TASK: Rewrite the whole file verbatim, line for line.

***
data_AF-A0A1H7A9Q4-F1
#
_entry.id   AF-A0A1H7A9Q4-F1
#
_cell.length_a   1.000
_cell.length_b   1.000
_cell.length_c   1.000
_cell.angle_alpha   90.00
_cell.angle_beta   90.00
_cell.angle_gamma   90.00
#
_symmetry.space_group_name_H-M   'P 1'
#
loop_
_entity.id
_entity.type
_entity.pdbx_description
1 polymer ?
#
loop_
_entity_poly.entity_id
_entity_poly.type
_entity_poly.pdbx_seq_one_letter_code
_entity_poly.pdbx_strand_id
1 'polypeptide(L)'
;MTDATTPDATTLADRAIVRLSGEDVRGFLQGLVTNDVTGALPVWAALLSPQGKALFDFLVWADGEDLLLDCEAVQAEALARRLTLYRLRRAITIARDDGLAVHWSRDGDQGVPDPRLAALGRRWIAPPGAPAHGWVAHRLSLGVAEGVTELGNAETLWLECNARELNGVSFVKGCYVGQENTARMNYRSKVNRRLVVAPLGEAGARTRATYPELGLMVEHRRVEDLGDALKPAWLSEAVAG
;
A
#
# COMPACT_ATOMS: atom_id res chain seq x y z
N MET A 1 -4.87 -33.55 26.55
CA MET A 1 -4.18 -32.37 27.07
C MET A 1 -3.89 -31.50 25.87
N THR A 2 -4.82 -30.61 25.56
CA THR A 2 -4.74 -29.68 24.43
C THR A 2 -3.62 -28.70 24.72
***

data_AF-A0A1H7A9Q4-F1
#
_entry.id   AF-A0A1H7A9Q4-F1
#
_cell.length_a   1.000
_cell.length_b   1.000
_cell.length_c   1.000
_cell.angle_alpha   90.00
_cell.angle_beta   90.00
_cell.angle_gamma   90.00
#
_symmetry.space_group_name_H-M   'P 1'
#
loop_
_entity.id
_entity.type
_entity.pdbx_description
1 polymer ?
#
loop_
_entity_poly.entity_id
_entity_poly.type
_entity_poly.pdbx_seq_one_letter_code
_entity_poly.pdbx_strand_id
1 'polypeptide(L)'
;MTDATTPDATTLADRAIVRLSGEDVRGFLQGLVTNDVTGALPVWAALLSPQGKALFDFLVWADGEDLLLDCEAVQAEALARRLTLYRLRRAITIARDDGLAVHWSRDGDQGVPDPRLAALGRRWIAPPGAPAHGWVAHRLSLGVAEGVTELGNAETLWLECNARELNGVSFVKGCYVGQENTARMNYRSKVNRRLVVAPLGEAGARTRATYPELGLMVEHRRVEDLGDALKPAWLSEAVAG
;
A
#
# COMPACT_ATOMS: atom_id res chain seq x y z
N MET A 1 -4.87 -33.55 26.55
CA MET A 1 -4.18 -32.37 27.07
C MET A 1 -3.89 -31.50 25.87
N THR A 2 -4.82 -30.61 25.56
CA THR A 2 -4.74 -29.68 24.43
C THR A 2 -3.62 -28.70 24.72